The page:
And while recent statement from the Treasury Department of the United States uncovered that the gang participation in drug trafficking operations in the sub region has expanded as "clicas [or gangs] local follow international guidelines established by the group's leaders to make strategic decisions involving moves into new territories and recruiting new members" (Cawley, 2013a), added have joined gaining presence by charging a tax of war transportistas circulating through their territories10. However, the idea that criminal gangs form a complex network that achieves take control of key links of drug trafficking -snatching control of the routes to transportistas and Mexican drug traffickers- it is impractical given their poor organizational sophistication expressed in the lack of "means, the knowledge, the contacts, the capacity to accumulate capital, and the ability to use that capital to expand their businesses. They are simply focused organizations ensure their subsistence" (Dudley, 2013b).

Another reason lies in the sporadic and opportunistic gangs linking with a specific Mexican cartel, in the case of Guatemala with Los Zetas in Honduras with the Sinaloa Cartel and Salvadoran soil with Texis Cartel or failing to Los Perrones. As in any economy -licit or illicitly- relationships with suppliers, transport agents and buyers are not exclusive, that is, each link is free to form bonds with others in the absence of a common source of authority or sharing of funds. After all, in a commercial supply chain it is easy to replace a link.

Linked to this, the displacement of the criminal operations of the Northern Triangle Mexico has resulted in a shift in gears underground economy as drug trafficking organizations tend to use illicit substances as a means of payment for their services gang members (Dudley, 2012b), then these contract workers directly consume or sell drugs on the streets, which also contributes to their involvement in trafficking networks is residual.

Also for this replacement it would need to materialize that gangs increase their presence in Mexico -which until now only restricted to Baja California, Tamaulipas, Chihuahua and Chiapas- (Vega, 2012), will be more difficult than it was for the Mexican cartels migrate to the Northern Triangle because the Aztec government has a high degree of institutional strength in relation to the countries in this sector in Central America because, as noted at beginning of this work, Mexican drug trafficking organizations knew precisely exploit state weakness that characterizes this geographical area to develop their illicit trafficking.

From another angle, it has warned that aggressive anti-gang policies executed in the North triangle have caused several members of maras opt to start operations in other countries of Central America (Daugherty, 2015). That is, they are producing one second cockroach effect. As a recent report of the Judicial Investigation Agency of Costa Rica -Organismo de Investigación Judicial-, members of street gangs Barrio 18 and MS they have expanded their presence in the country since the mid of the last decade. Thus, Costa Rica could become their next hiding place for the following reasons (Gagne, 2015b):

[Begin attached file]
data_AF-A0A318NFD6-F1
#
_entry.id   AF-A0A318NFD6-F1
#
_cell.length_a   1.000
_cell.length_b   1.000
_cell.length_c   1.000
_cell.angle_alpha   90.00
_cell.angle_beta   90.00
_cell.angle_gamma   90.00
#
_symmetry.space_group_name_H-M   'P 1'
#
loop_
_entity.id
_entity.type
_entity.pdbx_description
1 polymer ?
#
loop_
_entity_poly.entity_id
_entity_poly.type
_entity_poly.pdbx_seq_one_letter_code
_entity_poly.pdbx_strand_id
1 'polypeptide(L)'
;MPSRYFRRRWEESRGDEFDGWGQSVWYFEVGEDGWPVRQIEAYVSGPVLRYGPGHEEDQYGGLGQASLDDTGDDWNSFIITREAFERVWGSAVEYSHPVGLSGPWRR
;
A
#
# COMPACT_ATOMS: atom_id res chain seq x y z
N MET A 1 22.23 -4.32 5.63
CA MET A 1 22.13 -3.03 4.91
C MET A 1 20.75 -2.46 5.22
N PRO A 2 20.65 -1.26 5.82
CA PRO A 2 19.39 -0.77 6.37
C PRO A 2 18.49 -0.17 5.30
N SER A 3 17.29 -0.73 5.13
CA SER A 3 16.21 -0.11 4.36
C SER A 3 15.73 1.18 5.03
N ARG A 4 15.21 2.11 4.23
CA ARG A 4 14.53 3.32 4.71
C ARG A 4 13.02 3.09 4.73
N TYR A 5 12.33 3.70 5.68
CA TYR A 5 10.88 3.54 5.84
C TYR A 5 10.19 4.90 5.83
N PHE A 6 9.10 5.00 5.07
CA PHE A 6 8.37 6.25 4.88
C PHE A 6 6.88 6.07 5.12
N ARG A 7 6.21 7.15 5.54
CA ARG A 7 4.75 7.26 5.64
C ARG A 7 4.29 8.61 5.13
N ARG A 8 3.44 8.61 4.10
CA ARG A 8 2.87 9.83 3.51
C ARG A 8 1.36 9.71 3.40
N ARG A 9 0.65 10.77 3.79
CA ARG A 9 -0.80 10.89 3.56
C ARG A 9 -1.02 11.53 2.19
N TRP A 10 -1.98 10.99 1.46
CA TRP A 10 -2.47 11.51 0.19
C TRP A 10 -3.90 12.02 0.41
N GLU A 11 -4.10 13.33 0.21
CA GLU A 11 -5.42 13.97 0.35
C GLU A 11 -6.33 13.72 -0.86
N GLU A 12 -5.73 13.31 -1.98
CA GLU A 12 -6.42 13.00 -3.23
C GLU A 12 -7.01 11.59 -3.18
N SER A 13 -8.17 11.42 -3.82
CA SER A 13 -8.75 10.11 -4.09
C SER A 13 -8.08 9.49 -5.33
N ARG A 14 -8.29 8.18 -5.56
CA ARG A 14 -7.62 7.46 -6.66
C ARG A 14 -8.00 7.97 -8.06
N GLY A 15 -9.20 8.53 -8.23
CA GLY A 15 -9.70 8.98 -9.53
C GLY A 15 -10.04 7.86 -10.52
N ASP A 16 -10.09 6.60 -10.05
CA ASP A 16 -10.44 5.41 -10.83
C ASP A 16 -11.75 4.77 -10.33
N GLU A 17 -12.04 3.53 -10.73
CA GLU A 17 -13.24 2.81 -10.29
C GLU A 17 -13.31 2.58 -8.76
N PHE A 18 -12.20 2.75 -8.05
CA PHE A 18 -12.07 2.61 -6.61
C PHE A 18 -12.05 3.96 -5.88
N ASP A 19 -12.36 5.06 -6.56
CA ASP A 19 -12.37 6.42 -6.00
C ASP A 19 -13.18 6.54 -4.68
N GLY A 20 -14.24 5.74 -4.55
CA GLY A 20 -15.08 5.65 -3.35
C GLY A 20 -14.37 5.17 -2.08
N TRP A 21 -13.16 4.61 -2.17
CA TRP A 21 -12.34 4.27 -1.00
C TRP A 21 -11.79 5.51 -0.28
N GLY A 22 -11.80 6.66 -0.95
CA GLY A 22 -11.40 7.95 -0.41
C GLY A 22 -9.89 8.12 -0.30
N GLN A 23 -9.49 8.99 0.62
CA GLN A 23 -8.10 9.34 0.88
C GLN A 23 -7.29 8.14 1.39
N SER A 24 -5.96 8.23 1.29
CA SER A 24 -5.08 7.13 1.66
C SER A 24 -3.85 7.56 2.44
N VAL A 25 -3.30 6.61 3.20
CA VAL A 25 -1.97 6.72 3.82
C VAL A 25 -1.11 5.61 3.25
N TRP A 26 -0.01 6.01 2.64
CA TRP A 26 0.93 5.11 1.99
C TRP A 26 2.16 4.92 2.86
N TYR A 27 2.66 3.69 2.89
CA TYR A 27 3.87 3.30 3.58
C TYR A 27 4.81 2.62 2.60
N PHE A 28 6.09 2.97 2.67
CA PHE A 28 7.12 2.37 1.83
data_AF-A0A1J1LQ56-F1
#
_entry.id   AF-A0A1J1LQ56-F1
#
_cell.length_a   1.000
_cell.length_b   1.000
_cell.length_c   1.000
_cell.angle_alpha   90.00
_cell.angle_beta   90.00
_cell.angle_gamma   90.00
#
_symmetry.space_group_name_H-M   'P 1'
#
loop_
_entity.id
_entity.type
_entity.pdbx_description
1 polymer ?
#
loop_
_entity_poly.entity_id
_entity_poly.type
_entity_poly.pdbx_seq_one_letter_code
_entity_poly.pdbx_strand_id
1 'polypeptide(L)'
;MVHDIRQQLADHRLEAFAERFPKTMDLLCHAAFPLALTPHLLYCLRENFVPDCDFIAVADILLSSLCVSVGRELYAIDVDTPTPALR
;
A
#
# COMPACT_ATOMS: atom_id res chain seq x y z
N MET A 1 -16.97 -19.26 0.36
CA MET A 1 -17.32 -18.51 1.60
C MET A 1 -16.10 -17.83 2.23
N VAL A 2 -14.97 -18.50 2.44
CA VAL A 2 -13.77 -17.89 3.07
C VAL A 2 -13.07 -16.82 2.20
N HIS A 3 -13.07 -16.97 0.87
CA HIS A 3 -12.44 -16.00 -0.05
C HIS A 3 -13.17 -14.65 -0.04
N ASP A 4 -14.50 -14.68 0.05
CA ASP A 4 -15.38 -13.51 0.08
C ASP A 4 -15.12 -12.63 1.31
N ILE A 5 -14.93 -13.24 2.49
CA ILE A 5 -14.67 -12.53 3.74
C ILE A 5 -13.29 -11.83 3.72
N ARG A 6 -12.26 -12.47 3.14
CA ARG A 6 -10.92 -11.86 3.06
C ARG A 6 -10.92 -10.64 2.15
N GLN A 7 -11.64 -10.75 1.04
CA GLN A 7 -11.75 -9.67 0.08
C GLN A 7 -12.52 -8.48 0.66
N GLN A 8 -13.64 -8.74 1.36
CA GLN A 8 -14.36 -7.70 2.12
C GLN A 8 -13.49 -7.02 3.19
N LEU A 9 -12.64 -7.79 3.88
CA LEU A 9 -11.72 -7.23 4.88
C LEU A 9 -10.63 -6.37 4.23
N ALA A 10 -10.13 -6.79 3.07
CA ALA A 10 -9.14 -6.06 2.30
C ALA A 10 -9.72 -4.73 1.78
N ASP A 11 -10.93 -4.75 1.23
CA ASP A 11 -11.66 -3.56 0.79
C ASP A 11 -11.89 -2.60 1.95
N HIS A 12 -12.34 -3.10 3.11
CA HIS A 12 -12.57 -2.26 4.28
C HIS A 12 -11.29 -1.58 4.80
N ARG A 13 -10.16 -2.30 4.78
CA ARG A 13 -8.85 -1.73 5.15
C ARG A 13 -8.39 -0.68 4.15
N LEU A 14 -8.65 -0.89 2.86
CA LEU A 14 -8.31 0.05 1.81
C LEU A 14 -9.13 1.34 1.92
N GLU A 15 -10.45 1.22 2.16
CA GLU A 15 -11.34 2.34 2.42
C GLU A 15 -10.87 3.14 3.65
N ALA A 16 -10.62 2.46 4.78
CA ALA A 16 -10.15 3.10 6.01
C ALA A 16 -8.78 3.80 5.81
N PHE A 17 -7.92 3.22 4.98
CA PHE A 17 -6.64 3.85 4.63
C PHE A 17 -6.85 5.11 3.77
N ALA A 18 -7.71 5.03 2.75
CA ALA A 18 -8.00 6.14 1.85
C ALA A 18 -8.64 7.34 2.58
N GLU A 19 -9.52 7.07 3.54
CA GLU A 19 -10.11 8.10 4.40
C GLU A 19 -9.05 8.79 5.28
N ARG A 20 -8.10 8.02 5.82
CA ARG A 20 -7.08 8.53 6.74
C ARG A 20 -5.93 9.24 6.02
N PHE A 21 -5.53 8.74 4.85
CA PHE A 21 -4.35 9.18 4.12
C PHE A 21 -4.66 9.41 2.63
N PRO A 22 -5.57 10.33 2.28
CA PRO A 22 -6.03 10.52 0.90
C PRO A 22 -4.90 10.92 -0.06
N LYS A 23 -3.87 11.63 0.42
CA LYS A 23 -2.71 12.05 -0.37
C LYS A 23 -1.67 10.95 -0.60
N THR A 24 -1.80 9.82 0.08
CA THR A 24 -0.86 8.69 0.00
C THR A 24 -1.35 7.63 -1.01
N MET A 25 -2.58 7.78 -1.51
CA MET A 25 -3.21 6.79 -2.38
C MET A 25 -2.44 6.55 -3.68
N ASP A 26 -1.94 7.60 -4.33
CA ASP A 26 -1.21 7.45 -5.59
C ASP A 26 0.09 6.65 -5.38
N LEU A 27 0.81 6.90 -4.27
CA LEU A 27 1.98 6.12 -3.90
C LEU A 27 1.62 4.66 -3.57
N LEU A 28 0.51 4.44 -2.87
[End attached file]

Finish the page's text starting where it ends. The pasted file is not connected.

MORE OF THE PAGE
Some Mexican transnational criminal organizations such as the Sinaloa Cartel they have been active in Costa Rica from some years ago, So its presence can facilitate their growth.

The growing importance of the country as a transit point has promoted a growing local drug market offering huge profits to gangs.

Vulnerability to the judicial system against organized crime could enable them to operate relatively quiet.

Costa Rica doesn't record a history of mano dura approach as applied in the Northern Triangle to fight gangs.

Bad partners? Evaluating a partnership between Los Zetas and Mara Salvatrucha.

In the wake of increasing intersection between organized crime activities transnational, local criminal groups and gangs in the North Triangle, some authors like Douglas Farah & Phillips Lum (2013) have raised the alleged existence of a synergy between Los Zetas and Mara Salvatrucha -as a result of the truce that MS-13 and Barrio 18 launched in El Salvador, between 2012 and 2013- but it is not yet clearly sees what and how viable would be such a connection.

In fact, there have been several hypotheses about: Salvadoran authorities point out that "Mara Salvatrucha wants to increase your arsenal of long-range weapons, grenades and drugs for use and to sell. They know that the economic benefit is enormous and Los Zetas, being a foreign group, need their networks to increase their operational level and thus be able to control all activities: legitimate, illegitimate and criminal" (Ruiz-Goiriena, 2012). In that direction, Scott Stewart, an analyst at Strategic Forecasting, says the MS is increasingly willing to work with Los Zetas "the economic power of the criminal organization, allowing it to operate in countries such as El Salvador and reduce it costs to the local market. Thus there is an incentive to cooperate with the organization or risk going out of business altogether" (Associated Press, 2012). Moreover, John Sullivan & Adam Elkus (2013) argue that a link between Los Zetas and MS-13 could benefit both parties, understood not as a joint venture; rather it would be a strategic alliance -highly unstable certainly-. Thus, while "MS members would gain a wide support network for its operation and expansion, Los Zetas acquires the flexibility and responsiveness of the gang, generating a greater risk to the governments of Central America" (p.9).

However, the differentiated nature of Los Zetas and MS -from the organizational angle and operationallyacts as a potent antibody against a possible strategic alliance between the two criminal organizations (see Table 1). Thus, the anarchy, indiscipline and functional autonomy of the Mara Salvatrucha - in contrast to the high levels of hierarchy, discipline, professionalism and sophistication that characterize Los Zetas - hinder their subordination to a cartel. Indeed, MS- 13 is a complex organization crossed by hierarchies but also horizontal relationships between cells or clicas that don't necessarily have regular contact - unlike the Mexican criminal organization - resulting structure neofeudal character (Garzón Vergara, 2014). This means that "it sustained by bonds of respect and loyalty in a hierarchy of influence but lacking sophistication allows the organization to a high degree of adaptability to a changing landscape" (Sullivan & Elkus, 2013, p.8).